Your Three Stars:
3. Manu Ginobili - Didn't shoot much, but was a game-high +24 and he kept feeding the right guy and was the glue that held that second unit together.
2. Chris Quinn - Great teams need unexpected heroes every night, especially when the stars are fatigued. Quinn has a nice jumper, and he's another shooter in our arsenal.
1. Tony Parker -The Spurs were sluggish and groggy and playing uninspired against a forgettable opponent, and it's exactly games like this where Tony has to dominate, the SEGABABAs, TIGAFONIs and the dreaded FOGAFINIs. Another chance coming up tonight at Orlando, but he'll have to really have those tear drops working to get them over Dwight Howard.
Game 27, Vs. Phoenix: Spurs 118-110 (Record 24-3) RAGE +4
I saw The Fighter the other day. Christian Bale was amazing, as usual, and the guy he played reminded me a lot of this regular I had during my bartending days, Bryce. I wonder what Micky Ward's mother and sisters thought of how they were portrayed in the movie. It wasn't pretty (literally in the case of the sisters- ugh).
The disappointing aspect to me was I heard so much hype about how the boxing scenes in this movie were supposed to be the most realistic ever, but I didn't find that to be the case at all. In one fight in particular, against a boxer named Sanchez, I believe, the guy was just standing there, not moving, letting Mark Wahlberg's character hit him, move to the side, and hit him again. Kinda phony, right?
It wasn't really a sports movie though. More about a dysfunctional family and how drugs are bad um'kay, and I would recommend it to one and all. Even Amy Adams was pretty decent in it, and hot, which is something considering she intentionally dialed down a couple of notches for the role and gave herself a bit of a belly.
Your 80's music video of the day...
"Don't Come Around Here No More" by Tom Petty. Average song, great video. Fun fact: The "Alice" character in the video was played by an actress named Shannon Michelle Wilsey, who also happened to be a porn star who went by the stage name of "Savannah." She died in 1994.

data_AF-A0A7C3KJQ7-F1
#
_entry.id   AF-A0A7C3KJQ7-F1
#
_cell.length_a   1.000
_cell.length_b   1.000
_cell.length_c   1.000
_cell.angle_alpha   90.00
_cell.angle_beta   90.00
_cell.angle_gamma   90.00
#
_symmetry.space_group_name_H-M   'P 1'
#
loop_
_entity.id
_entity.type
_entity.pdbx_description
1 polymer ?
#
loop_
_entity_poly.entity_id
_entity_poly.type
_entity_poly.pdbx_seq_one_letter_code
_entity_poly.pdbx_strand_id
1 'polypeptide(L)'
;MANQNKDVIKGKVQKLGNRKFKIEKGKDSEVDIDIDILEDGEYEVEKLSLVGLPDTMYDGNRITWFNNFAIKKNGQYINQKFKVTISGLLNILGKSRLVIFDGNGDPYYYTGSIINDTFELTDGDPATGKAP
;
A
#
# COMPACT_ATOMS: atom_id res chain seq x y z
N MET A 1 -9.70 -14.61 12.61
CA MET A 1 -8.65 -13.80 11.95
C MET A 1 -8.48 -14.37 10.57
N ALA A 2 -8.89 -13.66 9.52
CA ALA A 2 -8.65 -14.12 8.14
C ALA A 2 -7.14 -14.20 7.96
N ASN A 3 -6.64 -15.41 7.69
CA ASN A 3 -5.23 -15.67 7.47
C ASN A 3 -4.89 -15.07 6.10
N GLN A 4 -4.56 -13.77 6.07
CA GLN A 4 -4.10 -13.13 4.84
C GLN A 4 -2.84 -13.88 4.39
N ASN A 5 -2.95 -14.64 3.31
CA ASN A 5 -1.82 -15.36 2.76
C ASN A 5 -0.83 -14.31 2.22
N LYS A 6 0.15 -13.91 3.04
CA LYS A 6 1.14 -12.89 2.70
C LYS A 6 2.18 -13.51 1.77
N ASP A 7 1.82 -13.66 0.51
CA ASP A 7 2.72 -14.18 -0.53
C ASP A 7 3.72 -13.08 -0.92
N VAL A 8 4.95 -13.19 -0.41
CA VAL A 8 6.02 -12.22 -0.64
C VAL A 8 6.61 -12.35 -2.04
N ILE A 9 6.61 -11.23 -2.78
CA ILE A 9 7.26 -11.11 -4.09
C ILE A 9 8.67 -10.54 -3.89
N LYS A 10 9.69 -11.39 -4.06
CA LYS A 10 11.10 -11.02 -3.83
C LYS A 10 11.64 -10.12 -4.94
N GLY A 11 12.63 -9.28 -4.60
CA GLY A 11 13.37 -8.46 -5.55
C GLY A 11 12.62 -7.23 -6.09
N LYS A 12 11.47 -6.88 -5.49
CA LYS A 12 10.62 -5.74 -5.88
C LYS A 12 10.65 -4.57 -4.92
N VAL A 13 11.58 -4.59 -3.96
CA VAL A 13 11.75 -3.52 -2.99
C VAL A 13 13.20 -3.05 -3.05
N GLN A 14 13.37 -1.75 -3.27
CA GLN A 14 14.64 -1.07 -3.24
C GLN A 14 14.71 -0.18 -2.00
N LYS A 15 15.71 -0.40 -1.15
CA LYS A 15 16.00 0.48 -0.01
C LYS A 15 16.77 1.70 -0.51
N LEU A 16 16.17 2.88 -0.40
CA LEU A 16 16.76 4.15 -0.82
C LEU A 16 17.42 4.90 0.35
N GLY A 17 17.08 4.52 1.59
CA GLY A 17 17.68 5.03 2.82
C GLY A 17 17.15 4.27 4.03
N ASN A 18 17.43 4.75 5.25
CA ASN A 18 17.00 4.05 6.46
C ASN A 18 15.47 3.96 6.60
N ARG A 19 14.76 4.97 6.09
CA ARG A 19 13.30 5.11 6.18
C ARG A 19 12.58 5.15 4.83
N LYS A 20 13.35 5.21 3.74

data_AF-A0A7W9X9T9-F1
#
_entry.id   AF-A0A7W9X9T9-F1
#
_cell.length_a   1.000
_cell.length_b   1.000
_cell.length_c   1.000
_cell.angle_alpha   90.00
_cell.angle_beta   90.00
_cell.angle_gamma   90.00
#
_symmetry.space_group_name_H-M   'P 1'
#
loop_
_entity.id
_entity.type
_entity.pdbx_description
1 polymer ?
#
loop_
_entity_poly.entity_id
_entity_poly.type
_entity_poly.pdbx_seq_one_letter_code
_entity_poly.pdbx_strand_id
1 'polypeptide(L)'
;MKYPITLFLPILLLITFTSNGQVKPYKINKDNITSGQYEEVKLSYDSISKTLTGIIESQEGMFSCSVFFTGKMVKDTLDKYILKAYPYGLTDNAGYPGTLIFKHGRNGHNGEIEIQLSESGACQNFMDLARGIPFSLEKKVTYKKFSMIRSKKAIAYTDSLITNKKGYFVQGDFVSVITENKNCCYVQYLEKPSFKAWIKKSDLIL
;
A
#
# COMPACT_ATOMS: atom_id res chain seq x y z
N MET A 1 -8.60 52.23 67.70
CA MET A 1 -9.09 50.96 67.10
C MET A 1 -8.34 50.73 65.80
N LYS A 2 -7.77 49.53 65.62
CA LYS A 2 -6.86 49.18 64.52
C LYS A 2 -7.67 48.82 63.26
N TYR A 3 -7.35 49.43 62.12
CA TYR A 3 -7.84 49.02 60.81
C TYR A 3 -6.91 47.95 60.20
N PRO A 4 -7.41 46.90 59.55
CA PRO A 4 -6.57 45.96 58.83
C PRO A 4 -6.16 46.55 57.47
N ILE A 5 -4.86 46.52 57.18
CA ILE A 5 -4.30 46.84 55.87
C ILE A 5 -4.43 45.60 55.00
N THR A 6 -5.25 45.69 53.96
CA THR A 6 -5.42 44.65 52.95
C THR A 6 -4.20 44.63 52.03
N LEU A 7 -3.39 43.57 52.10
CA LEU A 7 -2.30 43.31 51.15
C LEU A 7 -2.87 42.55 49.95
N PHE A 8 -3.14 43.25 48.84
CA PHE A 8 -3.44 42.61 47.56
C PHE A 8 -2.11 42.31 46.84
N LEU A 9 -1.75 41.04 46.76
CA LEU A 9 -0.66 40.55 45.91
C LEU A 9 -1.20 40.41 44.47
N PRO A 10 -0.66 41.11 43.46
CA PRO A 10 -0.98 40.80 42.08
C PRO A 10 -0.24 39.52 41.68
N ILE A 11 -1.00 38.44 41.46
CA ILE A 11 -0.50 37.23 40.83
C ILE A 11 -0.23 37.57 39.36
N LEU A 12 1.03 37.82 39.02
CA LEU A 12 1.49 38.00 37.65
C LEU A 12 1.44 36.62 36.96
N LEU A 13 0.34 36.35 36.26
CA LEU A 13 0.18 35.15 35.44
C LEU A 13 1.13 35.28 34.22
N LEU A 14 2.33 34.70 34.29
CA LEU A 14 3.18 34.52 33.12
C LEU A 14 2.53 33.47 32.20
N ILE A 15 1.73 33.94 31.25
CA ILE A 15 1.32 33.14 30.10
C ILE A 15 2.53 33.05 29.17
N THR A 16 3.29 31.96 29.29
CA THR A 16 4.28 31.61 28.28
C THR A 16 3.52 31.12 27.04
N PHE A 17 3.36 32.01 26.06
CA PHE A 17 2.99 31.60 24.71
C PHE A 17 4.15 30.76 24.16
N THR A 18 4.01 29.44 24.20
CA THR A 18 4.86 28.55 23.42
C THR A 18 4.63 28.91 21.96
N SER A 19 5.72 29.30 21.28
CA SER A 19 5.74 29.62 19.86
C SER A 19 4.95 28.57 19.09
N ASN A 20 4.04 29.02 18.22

So, anyway, the game. We were playing kind of a skeleton crew for the Suns, since the guys they sent to Orlando (Jason Richardson, Hedo Turkoglu and Earl Clark) had already departed but the ones they got back (Vince Carter, Mickael Pietrus and Marcin Gortat) hadn't arrived yet, which necessitated playing some guys more than they ordinarily would. Yet it was more of the same in the first quarter. Jared Dudley, "Encino Man" Robin Lopez and Grant Hill combined to shoot 8-of-11 early to get the Suns off to a good start and Tony displayed his usual domination of Steve Nash to get us going. Both teams shot well from the floor but dreadfully from three for some reason to keep the score to a deceptively meager 27-26.
Again the Spurs opened up some early breathing room in the second quarter with a 13-0 run behind Manu and four scrubbereanies in Neal, Rocket, Dice and Quinn. Then the starters came back in and it was 20-5 the other way. Parker got in foul trouble, Jefferson was terrible (defensively too) and they were lucky to be down just 54-53 at half thanks to 15 second quarter points from the bench. None of the starters had anything going at all.
Whatever Pop told them in the second half woke the guys up because Duncan responded with one of the most dominant "shifts" of his career with 12 points, nine rebounds (four offensive), four assists and two steals in the opening ten minutes of the second half. Blair had three offensive boards and three helpers of his own and the interplay between the two of them in the hi-lo game was something to behold. The offense can be quite frightening when all five guys are in the passing zone to like they were in that stretch and the Spurs finished with 40 in the third. It certainly helped that they were able to dominate the glass as well, against the undersized Suns. 18 boards is a lot for one quarter.